Where there is no vision, the people cast off restraint; But he that keepeth the law, happy is he.
Proverbs 29:18 American Standard Version
I wear glasses. It is frustrating when they fog up in the cold. It is downright dangerous for me to drive without them. Not only do I risk myself, but I risk others. I might feel as if I was still capable of seeing, and truly I am not so blind as to mistake a house for a street in the daytime.
I could back down my driveway with ease. Buoyed by this, I might even feel relatively ok driving in the midday on straight stretches on empty roads.
But the longer I drive without vision, without the bright sun, the more I get in urban areas with lots of people and traffic, the more the night falls, the more dangerous I would get…yet still think I am doing fine.
Soon my lack of vision will run over people and their pets, cause accidents and chaos. Eventually I will terribly injured or die, and yet the whole time I will probably consider myself doing well.
It is the same with the Word of God. We might decide we don’t need to ‘see’ a specific verse for us to live a godly life. We might be ok with dropping this phrase or that idea.
But the longer we go, dropping the Light of God from our spirits, the more dangerous we become…and even more so because we do not realize how dangerous we now are.
Proverbs 29:18 is sometimes used to encourage making goal or vision statements. We Americans, with our ‘work and accomplishment’ mindset love the idea that we can apply business practices in our worship.
However, this is not at all what this verse means. This is not about goal setting and spiritual day planners.
This verse is about the vision of God and His law. When people do not keep focus on the Lord and His law, they become “unrestrained” and lawless. This happens often when churches or people or Christian groups try to be ‘relevant’ or ’embracing’ or ‘tolerant’.
Recently our family found what looked to be a perfect church for us. The building was 100 years old. There was a small library and tables right there in the sanctuary. There was stained glass and wood pews. We went to the early service which was heavy on quiet prayer and Communion, to the delight of the introverts in our family.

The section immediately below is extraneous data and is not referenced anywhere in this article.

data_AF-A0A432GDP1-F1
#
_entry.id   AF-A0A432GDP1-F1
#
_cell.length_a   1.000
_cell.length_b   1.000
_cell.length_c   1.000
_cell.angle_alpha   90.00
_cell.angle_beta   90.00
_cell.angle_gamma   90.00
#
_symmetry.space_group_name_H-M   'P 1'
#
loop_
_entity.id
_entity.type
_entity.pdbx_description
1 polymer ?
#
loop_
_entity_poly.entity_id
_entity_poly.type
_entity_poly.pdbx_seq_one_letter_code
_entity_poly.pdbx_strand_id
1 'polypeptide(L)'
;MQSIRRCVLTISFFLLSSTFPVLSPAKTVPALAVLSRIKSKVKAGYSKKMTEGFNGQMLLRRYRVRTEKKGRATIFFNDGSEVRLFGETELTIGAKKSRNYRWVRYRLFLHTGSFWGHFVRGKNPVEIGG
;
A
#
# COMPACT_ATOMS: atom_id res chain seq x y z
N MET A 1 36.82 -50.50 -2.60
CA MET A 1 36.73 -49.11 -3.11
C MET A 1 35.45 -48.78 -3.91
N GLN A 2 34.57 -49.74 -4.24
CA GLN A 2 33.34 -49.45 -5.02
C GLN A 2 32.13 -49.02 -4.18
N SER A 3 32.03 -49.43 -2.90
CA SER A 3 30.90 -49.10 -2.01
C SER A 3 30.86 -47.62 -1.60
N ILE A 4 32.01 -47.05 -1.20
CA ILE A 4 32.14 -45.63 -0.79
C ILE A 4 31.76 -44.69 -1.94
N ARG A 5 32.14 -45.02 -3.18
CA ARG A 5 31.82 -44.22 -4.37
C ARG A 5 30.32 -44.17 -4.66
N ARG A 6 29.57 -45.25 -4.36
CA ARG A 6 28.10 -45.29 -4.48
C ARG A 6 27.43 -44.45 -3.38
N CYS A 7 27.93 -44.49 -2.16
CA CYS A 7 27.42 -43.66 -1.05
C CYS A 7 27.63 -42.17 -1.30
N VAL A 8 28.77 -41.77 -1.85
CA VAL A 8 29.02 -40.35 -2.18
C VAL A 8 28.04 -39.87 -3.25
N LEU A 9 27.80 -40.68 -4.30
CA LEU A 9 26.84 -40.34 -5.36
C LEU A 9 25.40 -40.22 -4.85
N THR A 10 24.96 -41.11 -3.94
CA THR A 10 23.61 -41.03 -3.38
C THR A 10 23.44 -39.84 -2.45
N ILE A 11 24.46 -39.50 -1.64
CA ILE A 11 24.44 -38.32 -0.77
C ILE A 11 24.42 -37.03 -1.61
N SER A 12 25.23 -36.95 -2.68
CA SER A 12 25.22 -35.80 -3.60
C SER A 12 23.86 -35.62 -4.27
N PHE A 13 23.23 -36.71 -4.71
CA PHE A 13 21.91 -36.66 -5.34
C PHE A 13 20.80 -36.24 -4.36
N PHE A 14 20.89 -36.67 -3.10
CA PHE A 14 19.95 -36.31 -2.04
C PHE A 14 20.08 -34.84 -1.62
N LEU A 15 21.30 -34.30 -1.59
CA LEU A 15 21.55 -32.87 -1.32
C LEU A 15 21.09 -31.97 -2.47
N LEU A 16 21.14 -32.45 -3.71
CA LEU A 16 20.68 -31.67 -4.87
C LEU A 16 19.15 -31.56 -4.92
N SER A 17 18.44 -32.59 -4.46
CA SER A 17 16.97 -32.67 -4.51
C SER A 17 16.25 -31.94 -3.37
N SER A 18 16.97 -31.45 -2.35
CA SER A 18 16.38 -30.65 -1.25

There were two periods of personal prayer, actually. One before the Lord’s prayer and one before Communion, which was taken together standing around the table. It felt beautiful and holy.
Then we came to the 4th Sunday and the pastor mentioned the “denomination we are a part of”.
My soul sank. Denominations are expressly forbidden in the Word of God in 1 Cor 1 and 3. They are an artificial separation organized by man because we simply can’t keep ourselves from meddling in the order and structure of God.
Further research into the denomination of that church, including their handbook for their beliefs, was a punch in the gut. Godless, unfounded, extremely ‘progressive’ ideals such as murder spilled on the pages like a tipped bedpan. The book extolled unity but it was the false unity of the enemy who kills and destroys, not the unity of God who brings life.
The enemy will use unity–he will try to unify the lost to fight against the Lord. The enemy will use sympathy and bad logic and chaos and lack of knowledge to try to destroy what the Lord has created.
Without a thorough and humble understanding of the Word of God, people will be ‘unified’ in their wandering and sin, which will look very much at first like tolerance and love, but the lack of the Word of God will cause the sun to set on blind drivers and they will end up destroying themselves and others. This will continue to infiltrate into the churches of the Lord if we are not careful.